Blunt trauma to the kidneys is the third most common solid organ to experience damage, after the spleen and the liver. It commonly occurs secondary to the blunt forces seen in a motor vehicle accident but can also occur in falls or sports injuries. When it occurs in sports injuries, it is due to blunt trauma from helmets or knees and shoulder pads. These injuries are often associated with football or soccer, martial arts or falls from all-terrain vehicles. In fact, these injuries are found in both individual and team sports. Some individual sports that can involve blunt trauma to the kidneys are commonly seen in cycling (the most common), winter sports, contact sports and horseback riding.
Initially, it was recommended by the American Academy of Pediatrics that children with only one kidney be spared from doing any sport that could damage the residual kidney. A study on 45,000 kids with kidney injuries, however, resulted in findings that showed no kidney loss was ever demonstrated after blunt trauma in sports. They have since changed their recommendation. An exception to this, is sledding, skiing and rollerblading as these did have injuries that resulted in kidney loss.
Another study looked at a cohort of students from 1995 through 1997. They documented 4.4 million athlete exposures to games and practices. There were only 12 injuries in football and 2 injuries with girls’ soccer playing. The American Academy of Pediatrics has since said “a qualified yes” to students who want to play sports but have a single kidney. Some physicians, however, disagree.
When an injury to the kidneys happens, the first sign is pain in the kidney area, followed by shock, and followed again by gross hematuria. Some sufferers can exhibit microscopic hematuria as their only finding of blunt trauma to the kidneys. There is a greater likelihood of a serious injury to the kidneys during a traffic crash as opposed to a sports injury.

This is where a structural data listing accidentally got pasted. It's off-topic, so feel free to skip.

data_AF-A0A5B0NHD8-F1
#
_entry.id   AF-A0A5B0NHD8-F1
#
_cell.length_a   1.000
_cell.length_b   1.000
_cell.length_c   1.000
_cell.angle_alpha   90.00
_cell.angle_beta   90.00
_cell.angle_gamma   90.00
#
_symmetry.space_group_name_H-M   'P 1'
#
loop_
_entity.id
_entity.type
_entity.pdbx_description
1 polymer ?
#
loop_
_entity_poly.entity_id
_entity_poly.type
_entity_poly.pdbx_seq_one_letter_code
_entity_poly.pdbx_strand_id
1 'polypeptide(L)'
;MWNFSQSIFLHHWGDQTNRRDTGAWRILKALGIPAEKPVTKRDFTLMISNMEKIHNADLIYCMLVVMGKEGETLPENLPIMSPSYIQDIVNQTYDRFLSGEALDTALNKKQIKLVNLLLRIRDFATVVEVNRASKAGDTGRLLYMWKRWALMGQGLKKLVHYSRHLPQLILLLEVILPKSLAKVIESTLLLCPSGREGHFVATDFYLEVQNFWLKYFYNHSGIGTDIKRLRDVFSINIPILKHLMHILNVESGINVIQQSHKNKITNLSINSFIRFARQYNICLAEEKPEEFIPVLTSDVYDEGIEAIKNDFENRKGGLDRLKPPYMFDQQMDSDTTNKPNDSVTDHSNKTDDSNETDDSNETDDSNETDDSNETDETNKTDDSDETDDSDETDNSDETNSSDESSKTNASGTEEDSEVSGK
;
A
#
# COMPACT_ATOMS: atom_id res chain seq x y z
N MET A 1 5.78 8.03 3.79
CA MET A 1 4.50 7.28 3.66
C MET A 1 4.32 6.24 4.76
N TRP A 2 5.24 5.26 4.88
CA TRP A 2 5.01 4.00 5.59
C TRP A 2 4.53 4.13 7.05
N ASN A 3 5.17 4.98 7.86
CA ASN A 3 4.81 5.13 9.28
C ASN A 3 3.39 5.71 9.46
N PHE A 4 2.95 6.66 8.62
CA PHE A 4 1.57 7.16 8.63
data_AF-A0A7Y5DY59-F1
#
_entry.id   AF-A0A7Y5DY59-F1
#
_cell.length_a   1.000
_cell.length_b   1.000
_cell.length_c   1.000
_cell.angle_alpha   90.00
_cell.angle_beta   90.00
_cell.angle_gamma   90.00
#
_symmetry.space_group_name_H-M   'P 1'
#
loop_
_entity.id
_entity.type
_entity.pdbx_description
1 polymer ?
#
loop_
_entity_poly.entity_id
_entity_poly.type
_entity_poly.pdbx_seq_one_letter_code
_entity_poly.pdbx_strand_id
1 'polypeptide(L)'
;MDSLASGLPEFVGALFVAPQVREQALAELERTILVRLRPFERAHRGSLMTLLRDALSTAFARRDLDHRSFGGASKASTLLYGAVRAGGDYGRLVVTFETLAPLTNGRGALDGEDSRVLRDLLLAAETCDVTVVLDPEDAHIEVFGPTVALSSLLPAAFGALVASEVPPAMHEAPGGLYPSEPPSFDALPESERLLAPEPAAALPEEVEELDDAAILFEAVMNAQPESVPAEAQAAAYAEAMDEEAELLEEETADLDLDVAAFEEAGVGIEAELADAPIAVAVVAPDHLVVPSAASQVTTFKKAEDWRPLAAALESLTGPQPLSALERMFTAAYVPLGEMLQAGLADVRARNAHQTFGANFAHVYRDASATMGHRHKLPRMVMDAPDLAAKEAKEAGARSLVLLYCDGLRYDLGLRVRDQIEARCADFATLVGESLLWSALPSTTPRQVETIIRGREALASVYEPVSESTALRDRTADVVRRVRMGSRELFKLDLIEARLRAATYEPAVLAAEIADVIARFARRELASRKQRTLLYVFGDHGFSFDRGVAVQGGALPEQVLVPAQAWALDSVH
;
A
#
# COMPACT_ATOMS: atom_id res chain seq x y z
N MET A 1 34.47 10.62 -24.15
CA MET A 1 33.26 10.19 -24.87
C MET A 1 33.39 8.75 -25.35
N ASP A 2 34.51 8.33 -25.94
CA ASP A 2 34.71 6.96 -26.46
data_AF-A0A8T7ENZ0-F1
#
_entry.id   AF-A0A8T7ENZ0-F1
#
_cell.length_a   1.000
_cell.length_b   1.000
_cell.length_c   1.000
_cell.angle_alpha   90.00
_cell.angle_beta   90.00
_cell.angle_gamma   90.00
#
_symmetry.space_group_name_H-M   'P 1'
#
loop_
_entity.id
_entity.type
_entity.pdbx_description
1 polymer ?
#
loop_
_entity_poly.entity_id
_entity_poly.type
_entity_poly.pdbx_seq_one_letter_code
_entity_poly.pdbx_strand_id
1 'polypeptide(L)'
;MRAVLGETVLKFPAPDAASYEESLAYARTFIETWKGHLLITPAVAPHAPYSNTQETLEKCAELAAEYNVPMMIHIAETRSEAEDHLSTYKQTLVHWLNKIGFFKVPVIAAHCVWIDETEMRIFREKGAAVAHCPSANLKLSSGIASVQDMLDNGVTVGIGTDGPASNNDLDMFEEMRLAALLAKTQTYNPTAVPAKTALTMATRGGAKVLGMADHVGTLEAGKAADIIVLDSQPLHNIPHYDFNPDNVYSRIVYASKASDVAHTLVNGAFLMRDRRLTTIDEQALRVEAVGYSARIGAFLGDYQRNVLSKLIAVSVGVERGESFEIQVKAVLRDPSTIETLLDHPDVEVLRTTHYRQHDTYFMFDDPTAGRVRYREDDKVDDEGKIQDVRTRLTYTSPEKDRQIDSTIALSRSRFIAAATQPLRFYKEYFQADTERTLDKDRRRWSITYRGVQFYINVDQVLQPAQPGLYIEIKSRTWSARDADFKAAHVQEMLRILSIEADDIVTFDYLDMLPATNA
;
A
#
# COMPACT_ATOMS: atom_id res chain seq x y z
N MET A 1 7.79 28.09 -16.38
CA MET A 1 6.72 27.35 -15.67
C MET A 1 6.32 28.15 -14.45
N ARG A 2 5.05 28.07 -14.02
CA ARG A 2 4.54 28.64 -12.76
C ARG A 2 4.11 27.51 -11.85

The best way to see if a blunt trauma injury has happened to the kidneys is to do a contrast enhanced CT scan of the abdomen. This test will also reveal the presence of other blunt trauma injuries, including those to a viscus, or to the gallbladder, liver and spleen. An ultrasound examination can be done but this is less effective in finding these type of injuries when compared to CT scan.
The treatment of blunt trauma to the kidney usually is conservative management with intravenous fluids, watchful waiting and close monitoring. This doesn’t apply in conditions where there is urinary extravasation into the abdomen or retroperitoneal space or if there are injuries to other parts of the abdomen. If some of the kidney gets devitalized, it should be removed surgically. When there is multiple abdominal trauma, complications are likely and surgery is usually the best option. Even so, most cases do well with watchful waiting.
Another study showed that kidney trauma is most commonly associated with blunt trauma to other abdominal organs, including the spleen and liver, which sit close to the kidneys. The kidney trauma is usually less severe than the trauma to other organs so there may be a surgery intervention that has nothing to do with the kidney aspect of the problem.